“I still believe though that the main driver of longer end yields in coming months will be how Japanese and European bonds trade in response to the monetary changes going on there,” said Peter Boockvar, chief investment officer at Bleakley Advisory Group.
How high the benchmark yields go is anybody’s guess, but JPMorgan Chase CEO Jamie Dimon told CNBC that the 10-year note could climb as high as 5%. Dimon’s prediction underscores a robust economy, especially with the Commerce Department announcing a 4.1% increase in GDP during the second quarter, which was spurned by a mix of tax cuts, deregulation and spending increases.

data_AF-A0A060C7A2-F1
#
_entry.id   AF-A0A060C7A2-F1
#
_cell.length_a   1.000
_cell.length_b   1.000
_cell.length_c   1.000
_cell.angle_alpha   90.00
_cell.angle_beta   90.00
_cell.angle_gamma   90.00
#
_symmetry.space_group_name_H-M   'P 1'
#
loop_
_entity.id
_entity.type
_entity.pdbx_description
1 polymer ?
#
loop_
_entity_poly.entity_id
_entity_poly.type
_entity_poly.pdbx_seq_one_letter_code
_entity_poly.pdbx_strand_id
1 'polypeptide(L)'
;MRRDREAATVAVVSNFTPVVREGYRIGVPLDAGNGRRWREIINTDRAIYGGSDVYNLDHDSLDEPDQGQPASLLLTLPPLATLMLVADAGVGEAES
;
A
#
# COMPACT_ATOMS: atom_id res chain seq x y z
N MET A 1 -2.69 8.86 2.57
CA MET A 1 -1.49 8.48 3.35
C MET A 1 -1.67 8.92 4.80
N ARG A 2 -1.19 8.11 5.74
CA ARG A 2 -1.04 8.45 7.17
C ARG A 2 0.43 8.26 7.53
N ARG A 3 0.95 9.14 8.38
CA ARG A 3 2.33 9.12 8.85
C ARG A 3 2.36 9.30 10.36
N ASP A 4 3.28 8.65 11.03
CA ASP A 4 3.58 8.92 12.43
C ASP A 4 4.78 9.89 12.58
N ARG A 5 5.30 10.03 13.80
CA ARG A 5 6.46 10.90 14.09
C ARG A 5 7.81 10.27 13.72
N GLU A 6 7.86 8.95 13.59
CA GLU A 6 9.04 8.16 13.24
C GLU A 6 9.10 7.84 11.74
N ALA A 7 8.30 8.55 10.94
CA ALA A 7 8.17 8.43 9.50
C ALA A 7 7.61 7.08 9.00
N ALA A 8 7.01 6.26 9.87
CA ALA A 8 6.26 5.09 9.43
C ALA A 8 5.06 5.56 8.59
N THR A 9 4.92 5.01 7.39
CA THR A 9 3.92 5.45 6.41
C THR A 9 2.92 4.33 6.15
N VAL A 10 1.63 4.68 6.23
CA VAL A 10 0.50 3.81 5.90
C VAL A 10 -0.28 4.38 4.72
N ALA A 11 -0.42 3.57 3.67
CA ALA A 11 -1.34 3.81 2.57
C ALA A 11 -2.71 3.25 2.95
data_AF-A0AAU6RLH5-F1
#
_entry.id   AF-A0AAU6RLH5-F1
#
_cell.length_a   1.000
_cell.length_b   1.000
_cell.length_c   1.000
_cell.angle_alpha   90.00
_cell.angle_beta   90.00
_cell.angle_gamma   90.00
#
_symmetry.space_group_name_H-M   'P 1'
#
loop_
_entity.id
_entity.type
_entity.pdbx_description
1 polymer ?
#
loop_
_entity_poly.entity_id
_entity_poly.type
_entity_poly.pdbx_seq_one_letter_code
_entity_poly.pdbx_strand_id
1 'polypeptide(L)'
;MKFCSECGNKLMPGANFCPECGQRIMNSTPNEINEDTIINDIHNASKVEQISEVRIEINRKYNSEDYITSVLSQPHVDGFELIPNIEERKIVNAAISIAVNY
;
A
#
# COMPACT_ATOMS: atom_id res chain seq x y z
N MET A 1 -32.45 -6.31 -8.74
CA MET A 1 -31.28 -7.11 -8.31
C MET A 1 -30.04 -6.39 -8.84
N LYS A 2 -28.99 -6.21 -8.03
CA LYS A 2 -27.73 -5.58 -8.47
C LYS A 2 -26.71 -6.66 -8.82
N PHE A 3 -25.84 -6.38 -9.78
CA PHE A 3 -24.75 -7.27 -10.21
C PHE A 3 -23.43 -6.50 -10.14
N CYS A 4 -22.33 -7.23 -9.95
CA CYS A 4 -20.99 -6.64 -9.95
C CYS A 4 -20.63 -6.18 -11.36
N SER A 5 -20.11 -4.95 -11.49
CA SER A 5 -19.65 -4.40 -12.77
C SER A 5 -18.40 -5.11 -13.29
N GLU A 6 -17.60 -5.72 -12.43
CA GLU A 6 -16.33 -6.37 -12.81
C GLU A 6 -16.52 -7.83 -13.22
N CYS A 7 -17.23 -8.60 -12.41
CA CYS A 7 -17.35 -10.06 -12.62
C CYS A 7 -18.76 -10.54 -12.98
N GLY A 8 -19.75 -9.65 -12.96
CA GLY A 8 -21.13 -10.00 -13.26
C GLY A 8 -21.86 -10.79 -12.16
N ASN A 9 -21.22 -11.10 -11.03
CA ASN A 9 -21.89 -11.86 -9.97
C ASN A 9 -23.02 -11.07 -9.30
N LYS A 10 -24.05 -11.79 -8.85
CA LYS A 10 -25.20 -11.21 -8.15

“I think rates should be 4 percent today,” said Dimon. “You better be prepared to deal with rates 5 percent or higher — it’s a higher probability than most people think.”
For more trends in fixed income, visit the Rising Rates Channel.